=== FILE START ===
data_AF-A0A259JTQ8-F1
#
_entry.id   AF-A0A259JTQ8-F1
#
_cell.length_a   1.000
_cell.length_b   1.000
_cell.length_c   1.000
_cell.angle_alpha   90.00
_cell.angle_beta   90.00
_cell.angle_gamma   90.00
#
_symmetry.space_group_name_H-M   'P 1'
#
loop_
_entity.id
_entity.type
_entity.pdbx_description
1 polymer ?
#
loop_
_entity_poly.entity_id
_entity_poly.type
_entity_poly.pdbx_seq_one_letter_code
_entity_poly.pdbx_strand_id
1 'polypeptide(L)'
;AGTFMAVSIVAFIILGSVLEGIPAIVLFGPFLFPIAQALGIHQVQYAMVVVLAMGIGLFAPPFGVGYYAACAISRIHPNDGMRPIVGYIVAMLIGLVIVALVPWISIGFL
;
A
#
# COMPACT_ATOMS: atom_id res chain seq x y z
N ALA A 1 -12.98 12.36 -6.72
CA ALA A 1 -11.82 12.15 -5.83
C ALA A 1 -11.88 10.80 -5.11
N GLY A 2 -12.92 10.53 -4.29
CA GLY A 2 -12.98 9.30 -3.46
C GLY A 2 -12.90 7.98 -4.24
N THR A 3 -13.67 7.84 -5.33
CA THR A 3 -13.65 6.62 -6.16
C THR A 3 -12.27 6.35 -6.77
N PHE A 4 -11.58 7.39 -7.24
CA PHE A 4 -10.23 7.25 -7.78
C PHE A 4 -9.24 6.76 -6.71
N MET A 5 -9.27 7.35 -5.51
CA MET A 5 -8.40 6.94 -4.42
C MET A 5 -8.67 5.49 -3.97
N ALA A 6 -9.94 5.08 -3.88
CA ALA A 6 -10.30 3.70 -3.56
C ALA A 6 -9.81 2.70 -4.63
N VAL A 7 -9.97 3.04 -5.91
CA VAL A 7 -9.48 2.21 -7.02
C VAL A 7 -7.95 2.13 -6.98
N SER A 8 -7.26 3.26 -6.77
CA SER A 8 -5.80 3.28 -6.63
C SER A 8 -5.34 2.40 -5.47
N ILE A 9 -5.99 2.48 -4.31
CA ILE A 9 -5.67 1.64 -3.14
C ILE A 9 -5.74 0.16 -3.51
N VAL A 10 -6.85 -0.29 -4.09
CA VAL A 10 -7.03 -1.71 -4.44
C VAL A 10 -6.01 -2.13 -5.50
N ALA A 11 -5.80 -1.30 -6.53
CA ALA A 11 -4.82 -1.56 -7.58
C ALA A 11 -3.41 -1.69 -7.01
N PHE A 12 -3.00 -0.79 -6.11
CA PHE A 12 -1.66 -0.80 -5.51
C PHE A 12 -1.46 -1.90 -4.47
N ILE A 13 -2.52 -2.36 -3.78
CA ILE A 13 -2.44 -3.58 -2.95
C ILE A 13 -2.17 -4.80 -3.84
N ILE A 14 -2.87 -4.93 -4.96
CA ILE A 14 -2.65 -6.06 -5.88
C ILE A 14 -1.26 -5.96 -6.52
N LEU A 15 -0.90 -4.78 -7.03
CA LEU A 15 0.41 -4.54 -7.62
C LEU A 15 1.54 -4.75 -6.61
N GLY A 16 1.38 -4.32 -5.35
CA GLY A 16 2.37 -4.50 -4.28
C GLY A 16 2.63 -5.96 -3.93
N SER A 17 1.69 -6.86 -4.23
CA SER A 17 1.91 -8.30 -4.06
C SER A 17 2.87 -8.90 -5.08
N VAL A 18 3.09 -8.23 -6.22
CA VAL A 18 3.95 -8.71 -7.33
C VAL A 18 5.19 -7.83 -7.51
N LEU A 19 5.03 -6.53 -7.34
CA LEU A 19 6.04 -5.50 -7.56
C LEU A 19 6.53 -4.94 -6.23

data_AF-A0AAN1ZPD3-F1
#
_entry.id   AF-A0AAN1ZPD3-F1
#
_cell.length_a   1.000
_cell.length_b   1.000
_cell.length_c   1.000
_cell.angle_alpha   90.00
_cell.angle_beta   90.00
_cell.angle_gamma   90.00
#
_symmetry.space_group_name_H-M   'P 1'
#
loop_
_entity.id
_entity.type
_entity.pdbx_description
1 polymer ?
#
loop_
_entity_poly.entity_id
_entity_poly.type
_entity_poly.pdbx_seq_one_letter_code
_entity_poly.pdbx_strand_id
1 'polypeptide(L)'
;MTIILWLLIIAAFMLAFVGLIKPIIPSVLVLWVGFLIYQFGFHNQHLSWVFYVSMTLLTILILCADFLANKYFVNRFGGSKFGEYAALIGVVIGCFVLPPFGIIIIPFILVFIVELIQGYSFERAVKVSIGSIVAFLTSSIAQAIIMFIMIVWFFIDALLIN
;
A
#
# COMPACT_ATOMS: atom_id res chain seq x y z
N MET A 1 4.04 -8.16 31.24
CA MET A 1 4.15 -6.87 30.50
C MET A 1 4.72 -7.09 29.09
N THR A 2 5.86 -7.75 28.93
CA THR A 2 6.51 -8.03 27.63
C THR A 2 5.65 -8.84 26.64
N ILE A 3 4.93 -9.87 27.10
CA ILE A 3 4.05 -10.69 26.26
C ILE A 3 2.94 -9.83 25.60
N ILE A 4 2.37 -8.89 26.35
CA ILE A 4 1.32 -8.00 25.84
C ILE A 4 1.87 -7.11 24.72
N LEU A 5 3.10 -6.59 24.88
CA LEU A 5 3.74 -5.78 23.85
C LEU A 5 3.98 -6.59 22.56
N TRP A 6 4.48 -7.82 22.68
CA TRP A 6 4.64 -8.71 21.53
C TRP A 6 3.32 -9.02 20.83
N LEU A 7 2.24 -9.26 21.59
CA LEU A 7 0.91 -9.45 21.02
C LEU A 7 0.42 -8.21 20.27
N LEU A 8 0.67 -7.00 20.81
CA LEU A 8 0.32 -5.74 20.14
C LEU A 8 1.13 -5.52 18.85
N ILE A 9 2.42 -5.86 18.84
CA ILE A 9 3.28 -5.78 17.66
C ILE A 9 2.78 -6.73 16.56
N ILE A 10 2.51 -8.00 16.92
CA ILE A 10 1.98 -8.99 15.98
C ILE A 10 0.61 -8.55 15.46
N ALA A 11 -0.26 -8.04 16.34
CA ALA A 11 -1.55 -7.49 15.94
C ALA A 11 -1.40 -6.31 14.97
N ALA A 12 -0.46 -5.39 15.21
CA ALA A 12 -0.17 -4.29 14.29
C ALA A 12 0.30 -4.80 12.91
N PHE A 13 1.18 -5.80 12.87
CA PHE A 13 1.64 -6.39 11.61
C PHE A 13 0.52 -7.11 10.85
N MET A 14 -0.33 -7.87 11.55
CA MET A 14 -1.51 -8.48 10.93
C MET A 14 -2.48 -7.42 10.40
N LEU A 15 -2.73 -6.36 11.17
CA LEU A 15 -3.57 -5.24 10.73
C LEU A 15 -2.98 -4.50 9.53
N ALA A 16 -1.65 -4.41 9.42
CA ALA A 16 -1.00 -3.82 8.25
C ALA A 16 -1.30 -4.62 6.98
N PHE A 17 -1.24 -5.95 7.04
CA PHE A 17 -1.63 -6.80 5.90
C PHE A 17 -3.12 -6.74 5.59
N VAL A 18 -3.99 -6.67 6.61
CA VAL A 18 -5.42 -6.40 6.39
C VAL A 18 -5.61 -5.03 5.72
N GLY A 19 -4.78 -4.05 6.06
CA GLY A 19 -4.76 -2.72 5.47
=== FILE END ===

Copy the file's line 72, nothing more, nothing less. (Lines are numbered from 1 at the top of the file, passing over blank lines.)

C ILE A 14 -1.26 -5.96 -6.52